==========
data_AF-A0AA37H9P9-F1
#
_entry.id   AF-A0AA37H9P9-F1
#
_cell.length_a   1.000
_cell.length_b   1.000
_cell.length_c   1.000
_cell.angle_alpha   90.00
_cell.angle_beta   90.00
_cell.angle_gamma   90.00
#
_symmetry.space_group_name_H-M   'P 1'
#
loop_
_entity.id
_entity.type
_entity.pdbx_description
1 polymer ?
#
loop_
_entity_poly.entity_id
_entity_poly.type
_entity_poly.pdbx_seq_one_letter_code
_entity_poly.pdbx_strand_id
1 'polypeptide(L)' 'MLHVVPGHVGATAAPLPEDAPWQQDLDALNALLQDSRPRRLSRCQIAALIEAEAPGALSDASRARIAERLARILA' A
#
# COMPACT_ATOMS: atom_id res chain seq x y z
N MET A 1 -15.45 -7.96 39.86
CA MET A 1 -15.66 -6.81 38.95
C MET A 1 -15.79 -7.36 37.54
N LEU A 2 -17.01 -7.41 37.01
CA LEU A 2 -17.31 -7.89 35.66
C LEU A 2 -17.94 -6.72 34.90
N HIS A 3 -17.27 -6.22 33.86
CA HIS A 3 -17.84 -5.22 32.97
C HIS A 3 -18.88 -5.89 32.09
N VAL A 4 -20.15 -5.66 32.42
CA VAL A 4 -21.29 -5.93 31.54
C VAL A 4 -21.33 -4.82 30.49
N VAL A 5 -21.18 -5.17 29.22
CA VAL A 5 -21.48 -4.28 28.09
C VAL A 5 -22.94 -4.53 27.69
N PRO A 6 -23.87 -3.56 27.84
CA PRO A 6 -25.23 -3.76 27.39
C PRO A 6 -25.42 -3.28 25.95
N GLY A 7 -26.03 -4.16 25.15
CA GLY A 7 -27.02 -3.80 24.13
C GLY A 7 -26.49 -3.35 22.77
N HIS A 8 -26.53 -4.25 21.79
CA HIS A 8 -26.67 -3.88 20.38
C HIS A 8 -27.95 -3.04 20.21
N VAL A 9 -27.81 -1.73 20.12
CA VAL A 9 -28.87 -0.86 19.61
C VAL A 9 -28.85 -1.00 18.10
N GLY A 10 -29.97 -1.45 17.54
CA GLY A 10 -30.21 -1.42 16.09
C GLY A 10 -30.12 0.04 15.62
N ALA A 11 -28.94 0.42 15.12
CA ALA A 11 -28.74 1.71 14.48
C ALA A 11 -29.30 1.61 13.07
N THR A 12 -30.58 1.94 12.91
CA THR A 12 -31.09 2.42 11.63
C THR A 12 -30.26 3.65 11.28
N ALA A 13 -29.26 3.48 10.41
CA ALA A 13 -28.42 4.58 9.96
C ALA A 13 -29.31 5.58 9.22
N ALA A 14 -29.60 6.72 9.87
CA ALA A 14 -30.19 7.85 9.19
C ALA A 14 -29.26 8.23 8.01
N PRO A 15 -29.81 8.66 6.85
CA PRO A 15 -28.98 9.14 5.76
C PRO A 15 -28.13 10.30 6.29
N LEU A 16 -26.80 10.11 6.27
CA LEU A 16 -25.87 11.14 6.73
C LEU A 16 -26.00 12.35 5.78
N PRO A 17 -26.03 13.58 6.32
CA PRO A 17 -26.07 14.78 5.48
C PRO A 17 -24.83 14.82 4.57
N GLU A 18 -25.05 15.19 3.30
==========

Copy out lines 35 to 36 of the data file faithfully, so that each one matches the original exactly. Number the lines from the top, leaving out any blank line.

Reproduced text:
CA HIS A 3 -17.84 -5.22 32.97
C HIS A 3 -18.88 -5.89 32.09